With all the convenience offered by burgeoning technological advancement, there is still a pessimistic perspective floating around in the aether of pop culture. You've probably seen this low-hanging fruit in movies, perhaps encountered it in the pages of your favorite piece of dystopian literature. It goes a little something like this: In a world of robot butlers and instant gratification, we're all going to evolve into lazy, brainless lotus-eaters.
Allow us to disabuse the world of this notion, at least as it pertains to recent developments in IT service management and machine learning. As the message bot phenomenon continues to whip the Silicon Valley crowd into a techno tizzy, we'd all be remiss to reduce platforms like Slack as nothing more than yet another way to chat, bots aside, or just a fancy-pants app repository for every social media account a person owns.
The success of Slack and others like it demonstrates not a desire to do less work, but a need to excise complexity like a tumor.
The success of Slack and others like it demonstrates not a desire to do less work, but a need to excise complexity like a tumor. Likewise, intelligent ITSM utilizes machine learning to optimize how technicians and other service professionals manually interact with software users and enterprise configurations.
1. Engage the Problem Intuitively
When users run into trouble on applications, they reach out over help desk and/or service desk solutions to resolve their issues. As great as it is to provide users and customers with a centralized point of contact with the IT professionals who could address their concerns, as these services grew in prominence they led to an increase in requests. In late 2015, Computerworld reported on an HDI survey of around 800 support professionals found a 57 percent rise in ticket volumes since 2009. That means more hiring, higher costs and greater complications from a system that was supposed to make things easier for everybody.
Intelligent ITSM suites represent the next stage in tech support. At a customer-facing level, these innovative help desk solutions turn queries into valuable resources for both users - in the form of knowledge base articles - and the bots recommending troubleshooting tactics. Ultimately, with a heightened influx of tickets, service providers demand a means to eliminate small-stakes tickets without running up labor costs, but that's only accomplished by making things clearer and more efficient for all parties.
2. Collaborate on the Solution
Similarly to how Slack consolidates modes of communication, modularity in ITSM delivers simplicity for a whole host of complicated backend IT operations with a single-platform design.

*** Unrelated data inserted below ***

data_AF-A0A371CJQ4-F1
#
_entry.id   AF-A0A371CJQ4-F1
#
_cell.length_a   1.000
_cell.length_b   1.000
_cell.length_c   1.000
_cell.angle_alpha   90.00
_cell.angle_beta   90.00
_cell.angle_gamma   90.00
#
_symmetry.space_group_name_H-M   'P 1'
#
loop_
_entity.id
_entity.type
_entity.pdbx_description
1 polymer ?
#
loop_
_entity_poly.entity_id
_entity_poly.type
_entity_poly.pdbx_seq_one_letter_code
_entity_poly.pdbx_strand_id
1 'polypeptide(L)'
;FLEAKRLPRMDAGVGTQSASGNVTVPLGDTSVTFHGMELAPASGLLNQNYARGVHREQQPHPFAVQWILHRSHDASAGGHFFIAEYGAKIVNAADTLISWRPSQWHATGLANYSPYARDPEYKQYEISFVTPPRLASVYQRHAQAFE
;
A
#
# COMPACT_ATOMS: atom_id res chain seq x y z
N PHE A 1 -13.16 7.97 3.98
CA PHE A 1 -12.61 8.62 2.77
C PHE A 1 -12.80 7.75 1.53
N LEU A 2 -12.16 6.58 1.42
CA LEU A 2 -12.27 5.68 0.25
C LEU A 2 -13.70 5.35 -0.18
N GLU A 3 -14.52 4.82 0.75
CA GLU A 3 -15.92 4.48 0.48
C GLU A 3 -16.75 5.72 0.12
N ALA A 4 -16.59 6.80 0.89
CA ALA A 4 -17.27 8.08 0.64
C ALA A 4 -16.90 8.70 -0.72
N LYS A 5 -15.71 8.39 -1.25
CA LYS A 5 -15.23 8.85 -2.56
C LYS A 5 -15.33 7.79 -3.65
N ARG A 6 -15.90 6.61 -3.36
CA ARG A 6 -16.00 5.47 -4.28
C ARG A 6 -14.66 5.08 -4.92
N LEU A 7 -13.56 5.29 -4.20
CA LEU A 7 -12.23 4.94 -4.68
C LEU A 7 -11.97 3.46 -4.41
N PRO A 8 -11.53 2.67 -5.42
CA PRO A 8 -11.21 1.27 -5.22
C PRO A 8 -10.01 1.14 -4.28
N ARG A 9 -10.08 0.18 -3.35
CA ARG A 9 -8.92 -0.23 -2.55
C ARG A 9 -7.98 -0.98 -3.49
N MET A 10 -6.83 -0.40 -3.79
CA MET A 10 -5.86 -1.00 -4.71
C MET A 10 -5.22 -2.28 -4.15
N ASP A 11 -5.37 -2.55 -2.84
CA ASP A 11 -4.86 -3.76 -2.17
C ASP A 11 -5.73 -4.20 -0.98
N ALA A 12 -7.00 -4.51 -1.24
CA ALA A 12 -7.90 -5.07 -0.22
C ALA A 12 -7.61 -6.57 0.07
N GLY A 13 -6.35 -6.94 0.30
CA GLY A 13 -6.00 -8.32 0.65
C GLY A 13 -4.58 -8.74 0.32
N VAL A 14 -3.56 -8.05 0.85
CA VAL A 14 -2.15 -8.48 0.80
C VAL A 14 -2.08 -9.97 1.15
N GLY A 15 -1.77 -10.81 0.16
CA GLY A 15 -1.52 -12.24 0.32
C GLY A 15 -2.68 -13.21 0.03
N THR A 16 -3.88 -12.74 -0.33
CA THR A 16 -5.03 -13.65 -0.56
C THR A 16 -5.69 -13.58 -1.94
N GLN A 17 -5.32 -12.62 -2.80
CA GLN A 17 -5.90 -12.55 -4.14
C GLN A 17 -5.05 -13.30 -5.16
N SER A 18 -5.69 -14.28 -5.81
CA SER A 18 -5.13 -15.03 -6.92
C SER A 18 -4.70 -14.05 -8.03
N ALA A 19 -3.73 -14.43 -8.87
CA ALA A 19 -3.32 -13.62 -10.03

By employing dozens of different methods for talking to co-workers, sharing files and conducting businesses, offices end up rebuilding silos the information age supposedly tore down and essentially return to the problems of tribal knowledge anew.
Intelligent ITSM for the service desk untangles the collaborative pipelines for all parties involved in the incident, problem and change management process. Moreover, it provides added visibility into the status of work-in-process tickets or change proposals with straightforward, customizable dashboards. Everyone's on the same page, nobody does redundant work and DevOps teams retain their agility.
3. Change and Move Forward
How busy are developers and operation teams really? A 2015 study conducted by the University of East Anglia and the Centre for Competition Policy examined how often the average application receives an update - about once a month for Android and once every quarter for iOS, in case you were keeping score at home. That's quite a high clip, considering these updates could be comprised of many individual changes to core functionality.
But frequency isn't really the issue, but rather a paradigm shift in how businesses produce digital products. When a customer buys a computer, the device may have a warranty and it may receive some hands-on tech support once or twice in its lifecycle, but essentially you get what you get. Digital products, on the other hand, are in a constant state of flux to keep users active and stay ahead of the competition elbowing its way into the foreground. Necessary configuration changes, therefore, must respond to valid requests to manage the rate of change in the grander scheme. If a change is deployed that doesn't address the issue wholly or opens up a new can of worms, what's the refractory period for developers? Even with the best tools at their disposal, not fast enough for users who've already been waiting for a solution.
That said, when intelligent ITSM suites keep the entire change advisory board in the loop, run configuration changes against a CMDB and automate regression testing, they prevent incomplete changes from leaving the station and ensure the train won't collide with others sharing the same track.
Like we said, ITSM complexity doesn't have to eat away at the gains of adopting innovative platforms, nor is it a sign of weakness - it's merely a response to the direction enterprise IT is moving and the choice to handle the development with grace.